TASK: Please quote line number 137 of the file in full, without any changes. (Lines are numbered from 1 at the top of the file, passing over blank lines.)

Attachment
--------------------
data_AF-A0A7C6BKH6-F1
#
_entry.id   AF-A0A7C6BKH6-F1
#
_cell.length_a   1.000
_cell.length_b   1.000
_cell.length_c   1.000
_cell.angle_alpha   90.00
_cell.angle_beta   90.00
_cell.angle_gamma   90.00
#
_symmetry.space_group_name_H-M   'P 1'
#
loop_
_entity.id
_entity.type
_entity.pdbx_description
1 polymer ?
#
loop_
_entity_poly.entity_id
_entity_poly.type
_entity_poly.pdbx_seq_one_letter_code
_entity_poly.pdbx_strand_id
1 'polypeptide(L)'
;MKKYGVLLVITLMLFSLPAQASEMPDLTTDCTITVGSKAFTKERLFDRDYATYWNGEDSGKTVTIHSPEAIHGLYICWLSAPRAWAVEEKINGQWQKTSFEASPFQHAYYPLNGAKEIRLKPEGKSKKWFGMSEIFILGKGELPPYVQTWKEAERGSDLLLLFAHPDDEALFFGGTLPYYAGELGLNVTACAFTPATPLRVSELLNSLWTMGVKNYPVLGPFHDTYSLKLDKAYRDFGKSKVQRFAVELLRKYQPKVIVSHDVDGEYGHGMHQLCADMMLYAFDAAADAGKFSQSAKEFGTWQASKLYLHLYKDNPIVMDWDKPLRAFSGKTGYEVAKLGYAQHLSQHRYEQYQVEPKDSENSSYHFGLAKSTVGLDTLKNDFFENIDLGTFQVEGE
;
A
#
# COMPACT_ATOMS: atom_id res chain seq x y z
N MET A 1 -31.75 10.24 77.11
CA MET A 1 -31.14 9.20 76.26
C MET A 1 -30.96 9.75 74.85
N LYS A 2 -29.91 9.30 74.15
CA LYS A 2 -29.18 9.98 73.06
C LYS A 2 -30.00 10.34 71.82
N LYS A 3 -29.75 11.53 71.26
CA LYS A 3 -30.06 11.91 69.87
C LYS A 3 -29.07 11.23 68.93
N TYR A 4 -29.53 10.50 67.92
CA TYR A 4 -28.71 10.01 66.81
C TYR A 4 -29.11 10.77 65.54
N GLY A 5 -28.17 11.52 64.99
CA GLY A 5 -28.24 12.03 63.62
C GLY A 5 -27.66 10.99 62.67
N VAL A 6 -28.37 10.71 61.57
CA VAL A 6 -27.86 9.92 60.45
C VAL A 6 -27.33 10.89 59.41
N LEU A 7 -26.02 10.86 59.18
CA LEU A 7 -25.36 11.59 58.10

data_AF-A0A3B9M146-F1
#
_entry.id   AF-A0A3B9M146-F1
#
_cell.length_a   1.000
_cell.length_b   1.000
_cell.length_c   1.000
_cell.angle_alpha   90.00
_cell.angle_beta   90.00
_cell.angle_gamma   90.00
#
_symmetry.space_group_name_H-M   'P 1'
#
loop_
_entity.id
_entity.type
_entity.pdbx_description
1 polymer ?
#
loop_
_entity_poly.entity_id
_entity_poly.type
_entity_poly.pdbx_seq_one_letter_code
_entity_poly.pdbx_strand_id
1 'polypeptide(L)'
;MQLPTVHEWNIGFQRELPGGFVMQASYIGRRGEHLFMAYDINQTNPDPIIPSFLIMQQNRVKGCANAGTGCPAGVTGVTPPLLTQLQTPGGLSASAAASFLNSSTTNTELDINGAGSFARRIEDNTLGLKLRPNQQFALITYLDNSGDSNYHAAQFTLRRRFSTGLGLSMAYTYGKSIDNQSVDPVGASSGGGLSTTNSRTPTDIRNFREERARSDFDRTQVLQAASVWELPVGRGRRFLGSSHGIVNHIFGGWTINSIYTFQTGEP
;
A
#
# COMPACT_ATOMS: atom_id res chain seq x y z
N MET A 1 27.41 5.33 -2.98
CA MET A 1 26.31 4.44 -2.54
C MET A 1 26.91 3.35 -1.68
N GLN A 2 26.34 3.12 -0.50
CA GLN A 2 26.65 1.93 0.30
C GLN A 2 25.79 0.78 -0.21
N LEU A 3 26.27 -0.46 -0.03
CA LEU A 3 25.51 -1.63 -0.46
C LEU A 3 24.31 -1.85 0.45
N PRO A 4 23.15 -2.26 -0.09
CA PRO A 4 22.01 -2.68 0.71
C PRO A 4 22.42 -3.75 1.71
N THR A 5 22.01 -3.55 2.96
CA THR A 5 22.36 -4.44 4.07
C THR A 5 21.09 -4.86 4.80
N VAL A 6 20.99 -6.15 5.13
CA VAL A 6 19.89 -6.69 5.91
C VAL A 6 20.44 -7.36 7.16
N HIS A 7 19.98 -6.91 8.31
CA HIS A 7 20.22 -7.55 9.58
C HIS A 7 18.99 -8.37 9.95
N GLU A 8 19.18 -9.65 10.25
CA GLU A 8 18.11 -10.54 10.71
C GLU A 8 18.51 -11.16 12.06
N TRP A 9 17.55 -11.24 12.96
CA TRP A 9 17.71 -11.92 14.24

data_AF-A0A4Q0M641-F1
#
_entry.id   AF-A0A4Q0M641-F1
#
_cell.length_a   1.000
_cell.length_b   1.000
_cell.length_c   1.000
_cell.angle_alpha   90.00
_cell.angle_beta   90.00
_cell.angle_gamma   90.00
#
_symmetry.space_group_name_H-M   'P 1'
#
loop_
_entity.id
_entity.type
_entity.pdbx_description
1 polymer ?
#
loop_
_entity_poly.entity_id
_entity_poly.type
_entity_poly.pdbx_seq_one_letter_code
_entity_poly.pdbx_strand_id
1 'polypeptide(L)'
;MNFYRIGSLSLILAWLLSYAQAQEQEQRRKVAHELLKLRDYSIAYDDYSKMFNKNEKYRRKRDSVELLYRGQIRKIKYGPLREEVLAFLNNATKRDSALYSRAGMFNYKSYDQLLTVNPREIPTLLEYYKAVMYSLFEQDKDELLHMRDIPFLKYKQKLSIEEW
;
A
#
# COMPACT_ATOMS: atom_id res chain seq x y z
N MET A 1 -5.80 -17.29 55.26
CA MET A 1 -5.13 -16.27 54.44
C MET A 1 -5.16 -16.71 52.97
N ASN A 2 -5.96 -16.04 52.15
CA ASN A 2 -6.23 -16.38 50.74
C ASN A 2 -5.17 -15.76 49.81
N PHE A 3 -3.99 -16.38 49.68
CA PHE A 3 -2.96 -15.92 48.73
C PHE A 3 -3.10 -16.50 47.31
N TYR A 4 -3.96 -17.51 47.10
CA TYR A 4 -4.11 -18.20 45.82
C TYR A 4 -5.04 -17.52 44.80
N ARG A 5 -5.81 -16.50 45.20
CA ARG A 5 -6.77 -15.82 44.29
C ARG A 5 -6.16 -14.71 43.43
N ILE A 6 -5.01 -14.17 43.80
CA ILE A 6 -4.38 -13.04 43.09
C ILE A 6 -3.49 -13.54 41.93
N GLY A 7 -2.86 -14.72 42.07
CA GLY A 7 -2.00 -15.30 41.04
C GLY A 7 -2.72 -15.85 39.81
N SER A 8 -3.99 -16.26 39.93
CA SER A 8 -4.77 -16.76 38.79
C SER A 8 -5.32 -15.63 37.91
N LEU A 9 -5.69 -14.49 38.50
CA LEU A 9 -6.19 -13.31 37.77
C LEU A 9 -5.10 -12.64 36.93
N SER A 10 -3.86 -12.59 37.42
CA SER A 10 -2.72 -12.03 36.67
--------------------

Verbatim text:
N MET A 1 -5.80 -17.29 55.26